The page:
In the modern world, there is a direct link between prejudice and discrimination. Prejudice is defined as the unjustified negative attitudes that some people hold against others of a certain group of people. Prejudice can include attitudes such as sexism, racism, homophobia, and religious persecution.
Prejudices are pre-formed and have no reasonable basis. Discrimination includes all of the actions that people take against others they have prejudices toward. The segregation of blacks and whites during the American Civil Rights Movement is an example of discrimination.
A modern example of discrimination might occur if a male employer were to pay a female employee lower wages due to his own sexism. However, discrimination can also consist of more subtle, passive-aggressive behavior, such as dirty looks, or refusing to patronize a business because the owners or managers are of a certain race, gender, or religion.
There is a self-fulfilling prophecy involved with prejudice and discrimination as well. Those who have been discriminated against begin to expect those around them to be prejudiced. This leads to defensive behavior, further fueling the tension between the in-group and the out-group.
Furthermore, members of the in-group then feel justified in their beliefs, because those in the out-group are acting accordingly with the in-group’s preconceived impressions.
Discrimination and its self-fulfilling prophecy play a major role in the maintenance of prejudice and inequality. First, it causes society to play the “blame game”. The victims of discrimination blame those who act in discriminatory ways. In turn, those with prejudice blame the out-group for putting themselves into their own predicament and harbor resentment against them for pointing fingers.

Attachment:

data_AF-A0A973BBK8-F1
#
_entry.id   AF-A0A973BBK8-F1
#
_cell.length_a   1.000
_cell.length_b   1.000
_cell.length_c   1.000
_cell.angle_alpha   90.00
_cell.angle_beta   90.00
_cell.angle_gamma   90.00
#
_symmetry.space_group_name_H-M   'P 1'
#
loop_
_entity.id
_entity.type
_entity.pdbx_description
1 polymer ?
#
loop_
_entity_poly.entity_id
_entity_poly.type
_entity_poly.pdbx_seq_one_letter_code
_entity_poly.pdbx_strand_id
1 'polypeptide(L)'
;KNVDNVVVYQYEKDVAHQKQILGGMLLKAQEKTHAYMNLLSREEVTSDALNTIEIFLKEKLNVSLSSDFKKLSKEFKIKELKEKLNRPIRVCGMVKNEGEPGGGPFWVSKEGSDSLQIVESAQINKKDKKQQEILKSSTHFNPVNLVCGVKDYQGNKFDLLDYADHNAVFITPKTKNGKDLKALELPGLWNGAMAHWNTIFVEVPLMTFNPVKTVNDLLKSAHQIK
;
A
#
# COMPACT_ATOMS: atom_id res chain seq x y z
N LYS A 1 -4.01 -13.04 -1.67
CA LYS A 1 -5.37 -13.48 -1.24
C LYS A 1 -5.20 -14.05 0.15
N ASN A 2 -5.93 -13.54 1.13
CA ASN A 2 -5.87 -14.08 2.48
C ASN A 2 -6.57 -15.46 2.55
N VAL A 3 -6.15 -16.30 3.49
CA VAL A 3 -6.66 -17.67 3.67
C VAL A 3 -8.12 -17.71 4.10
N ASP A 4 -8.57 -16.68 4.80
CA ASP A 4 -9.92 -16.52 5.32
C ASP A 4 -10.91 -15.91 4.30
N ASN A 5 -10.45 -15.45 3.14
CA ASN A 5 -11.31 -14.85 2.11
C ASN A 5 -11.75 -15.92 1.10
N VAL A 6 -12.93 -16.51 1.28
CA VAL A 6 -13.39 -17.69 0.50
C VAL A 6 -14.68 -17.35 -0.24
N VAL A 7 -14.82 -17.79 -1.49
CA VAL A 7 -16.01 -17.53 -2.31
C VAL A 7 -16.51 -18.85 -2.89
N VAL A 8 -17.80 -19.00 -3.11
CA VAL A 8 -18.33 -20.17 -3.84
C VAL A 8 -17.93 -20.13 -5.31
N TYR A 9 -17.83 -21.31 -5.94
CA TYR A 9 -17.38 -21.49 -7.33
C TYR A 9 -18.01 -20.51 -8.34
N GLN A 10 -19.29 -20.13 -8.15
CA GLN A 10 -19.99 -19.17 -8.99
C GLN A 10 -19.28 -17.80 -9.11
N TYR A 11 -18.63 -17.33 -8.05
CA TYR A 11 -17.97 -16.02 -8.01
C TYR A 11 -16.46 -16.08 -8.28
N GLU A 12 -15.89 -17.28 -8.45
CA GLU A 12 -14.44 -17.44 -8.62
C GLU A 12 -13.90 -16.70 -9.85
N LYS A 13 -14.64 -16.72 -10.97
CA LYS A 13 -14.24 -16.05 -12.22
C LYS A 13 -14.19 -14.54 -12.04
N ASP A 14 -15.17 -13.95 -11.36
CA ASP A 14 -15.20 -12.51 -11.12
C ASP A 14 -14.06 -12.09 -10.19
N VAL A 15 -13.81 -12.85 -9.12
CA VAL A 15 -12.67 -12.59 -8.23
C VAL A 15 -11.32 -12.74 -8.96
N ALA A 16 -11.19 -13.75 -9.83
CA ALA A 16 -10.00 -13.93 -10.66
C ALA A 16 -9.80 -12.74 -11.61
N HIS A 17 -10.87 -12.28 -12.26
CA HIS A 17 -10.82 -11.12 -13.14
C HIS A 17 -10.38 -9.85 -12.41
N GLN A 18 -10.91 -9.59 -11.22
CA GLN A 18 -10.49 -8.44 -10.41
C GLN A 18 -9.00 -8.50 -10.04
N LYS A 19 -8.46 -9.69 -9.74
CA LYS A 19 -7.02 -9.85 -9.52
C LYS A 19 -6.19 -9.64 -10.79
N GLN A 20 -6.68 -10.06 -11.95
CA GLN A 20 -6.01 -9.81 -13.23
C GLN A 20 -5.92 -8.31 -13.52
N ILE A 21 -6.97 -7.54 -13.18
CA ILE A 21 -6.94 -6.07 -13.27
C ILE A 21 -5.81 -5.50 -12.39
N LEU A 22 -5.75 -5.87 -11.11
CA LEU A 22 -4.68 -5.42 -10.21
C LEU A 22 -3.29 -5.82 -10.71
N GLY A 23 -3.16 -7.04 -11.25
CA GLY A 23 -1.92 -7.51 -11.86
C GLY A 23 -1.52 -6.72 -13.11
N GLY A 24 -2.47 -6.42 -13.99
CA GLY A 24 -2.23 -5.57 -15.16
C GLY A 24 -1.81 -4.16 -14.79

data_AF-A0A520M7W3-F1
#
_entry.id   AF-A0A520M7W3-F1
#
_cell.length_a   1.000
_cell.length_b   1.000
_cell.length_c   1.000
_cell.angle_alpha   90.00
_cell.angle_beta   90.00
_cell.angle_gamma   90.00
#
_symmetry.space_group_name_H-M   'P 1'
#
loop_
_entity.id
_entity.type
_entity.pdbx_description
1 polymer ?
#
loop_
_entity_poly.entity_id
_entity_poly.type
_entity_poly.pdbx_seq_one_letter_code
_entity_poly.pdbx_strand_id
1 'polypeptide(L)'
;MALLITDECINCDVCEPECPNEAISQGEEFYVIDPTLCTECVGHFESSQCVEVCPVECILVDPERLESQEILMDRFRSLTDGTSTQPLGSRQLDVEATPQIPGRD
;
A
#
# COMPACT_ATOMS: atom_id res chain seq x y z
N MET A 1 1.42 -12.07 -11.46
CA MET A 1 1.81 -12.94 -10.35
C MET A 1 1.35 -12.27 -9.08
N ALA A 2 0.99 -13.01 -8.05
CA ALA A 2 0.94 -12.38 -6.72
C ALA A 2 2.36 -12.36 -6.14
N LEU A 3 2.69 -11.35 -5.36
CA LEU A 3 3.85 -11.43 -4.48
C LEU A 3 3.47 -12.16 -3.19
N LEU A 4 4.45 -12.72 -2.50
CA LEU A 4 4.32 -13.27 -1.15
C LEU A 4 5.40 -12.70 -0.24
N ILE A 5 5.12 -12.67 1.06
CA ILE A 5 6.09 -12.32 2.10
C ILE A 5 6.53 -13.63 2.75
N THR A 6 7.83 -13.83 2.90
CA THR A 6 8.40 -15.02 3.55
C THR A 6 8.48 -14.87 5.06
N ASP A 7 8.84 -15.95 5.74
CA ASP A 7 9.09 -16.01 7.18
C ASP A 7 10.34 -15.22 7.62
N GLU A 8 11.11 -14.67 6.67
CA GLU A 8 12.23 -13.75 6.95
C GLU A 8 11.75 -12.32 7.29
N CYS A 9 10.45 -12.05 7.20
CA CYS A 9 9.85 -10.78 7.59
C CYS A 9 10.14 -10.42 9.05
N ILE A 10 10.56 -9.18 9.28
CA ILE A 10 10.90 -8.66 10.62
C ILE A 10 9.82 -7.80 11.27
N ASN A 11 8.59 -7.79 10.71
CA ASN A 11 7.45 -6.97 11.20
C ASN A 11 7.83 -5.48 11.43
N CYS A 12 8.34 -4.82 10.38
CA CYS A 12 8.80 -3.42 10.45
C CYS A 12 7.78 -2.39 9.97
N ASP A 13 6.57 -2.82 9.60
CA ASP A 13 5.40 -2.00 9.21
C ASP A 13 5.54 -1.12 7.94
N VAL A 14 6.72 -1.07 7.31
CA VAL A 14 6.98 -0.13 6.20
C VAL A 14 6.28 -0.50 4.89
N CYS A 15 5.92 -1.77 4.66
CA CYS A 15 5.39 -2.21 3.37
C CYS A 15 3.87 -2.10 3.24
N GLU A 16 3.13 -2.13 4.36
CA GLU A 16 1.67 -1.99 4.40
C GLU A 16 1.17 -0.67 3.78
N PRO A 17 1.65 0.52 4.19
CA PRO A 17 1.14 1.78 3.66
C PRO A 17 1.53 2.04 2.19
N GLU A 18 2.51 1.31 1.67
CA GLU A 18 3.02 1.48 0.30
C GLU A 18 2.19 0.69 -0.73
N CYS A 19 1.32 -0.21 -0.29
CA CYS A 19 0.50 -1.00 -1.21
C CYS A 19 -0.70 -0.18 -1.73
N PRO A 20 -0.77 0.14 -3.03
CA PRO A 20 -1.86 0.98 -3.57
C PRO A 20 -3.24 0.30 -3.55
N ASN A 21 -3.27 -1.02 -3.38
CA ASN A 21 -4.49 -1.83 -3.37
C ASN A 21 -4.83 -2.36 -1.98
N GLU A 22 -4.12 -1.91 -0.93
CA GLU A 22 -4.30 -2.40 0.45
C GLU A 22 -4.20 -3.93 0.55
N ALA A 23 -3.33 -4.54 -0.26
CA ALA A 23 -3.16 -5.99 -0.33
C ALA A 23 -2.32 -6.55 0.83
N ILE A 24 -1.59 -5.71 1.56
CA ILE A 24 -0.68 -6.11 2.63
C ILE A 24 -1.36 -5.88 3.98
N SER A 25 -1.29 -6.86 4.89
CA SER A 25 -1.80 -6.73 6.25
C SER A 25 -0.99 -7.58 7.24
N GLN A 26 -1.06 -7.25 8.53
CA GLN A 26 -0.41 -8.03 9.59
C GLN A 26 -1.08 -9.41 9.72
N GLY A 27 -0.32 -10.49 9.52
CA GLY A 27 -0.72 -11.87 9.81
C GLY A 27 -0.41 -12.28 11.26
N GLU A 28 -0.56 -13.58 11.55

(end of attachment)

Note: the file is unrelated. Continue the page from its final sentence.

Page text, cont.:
Most often, neither group is willing to cooperate or see from the other’s perspective, and the reality of the situation is ignored. The result of all of this is the perpetuation of stereotypes, which provide a backbone for discriminatory practices.
Take for example the uproar caused by the re-election of President Obama for his second term as President. After his re-election, some states began threatening to secede from the United States for completely asinine reasons; claiming that a black man could not run a country, or that Obama wasn’t truly a US-born citizen.
These opinions, which have evidence that proves the contrary, are rooted in racism. In this case, racism was the prejudice, and the threat to secede was the discrimination. The self-fulfilling prophecy comes into play in several ways.
Obama supporters might say that the secessionist states are acting in a typical racist way. Their opposition could respond by saying Obama supporters only support him because of his race. Both of these stigmas have been reinforced, and the conflict continues on.
Another issue that examines many aspects of inequality is the controversy over affirmative action plans in colleges and workplaces. Affirmative action committees were formed in order to provide equal opportunities to minorities so that every school or professional organization would include a certain quota of people from all races and ethnicities.
These programs protect individuals of a minority race, religion, gender, and sex. However, some argue that because these programs are focused on socioeconomic factors instead of on individual merit, they are inherently unfair because they are disadvantageous to the majority population, and it is sometimes referred to as “reverse discrimination”. Here, the prejudice stems from good intentions for bettering the life of minorities.
Discrimination is the exclusion of the majority population. The self-fulfilling prophecy might hold that the majority population, by opposing affirmative action, is practicing the very oppression that these programs were originally designed to deter. Therefore, the need for these programs seems to be reinforced.
Whether intentional or not, prejudice and discrimination ensure the continuance of inequality in the United States. Even subconsciously, we are furthering inequality through our actions and reactions to others. Our feelings, or prejudices, influence our actions, or discriminations. Because these forces are universally present in our daily lives, the way we use them or reject them will determine how they affect us.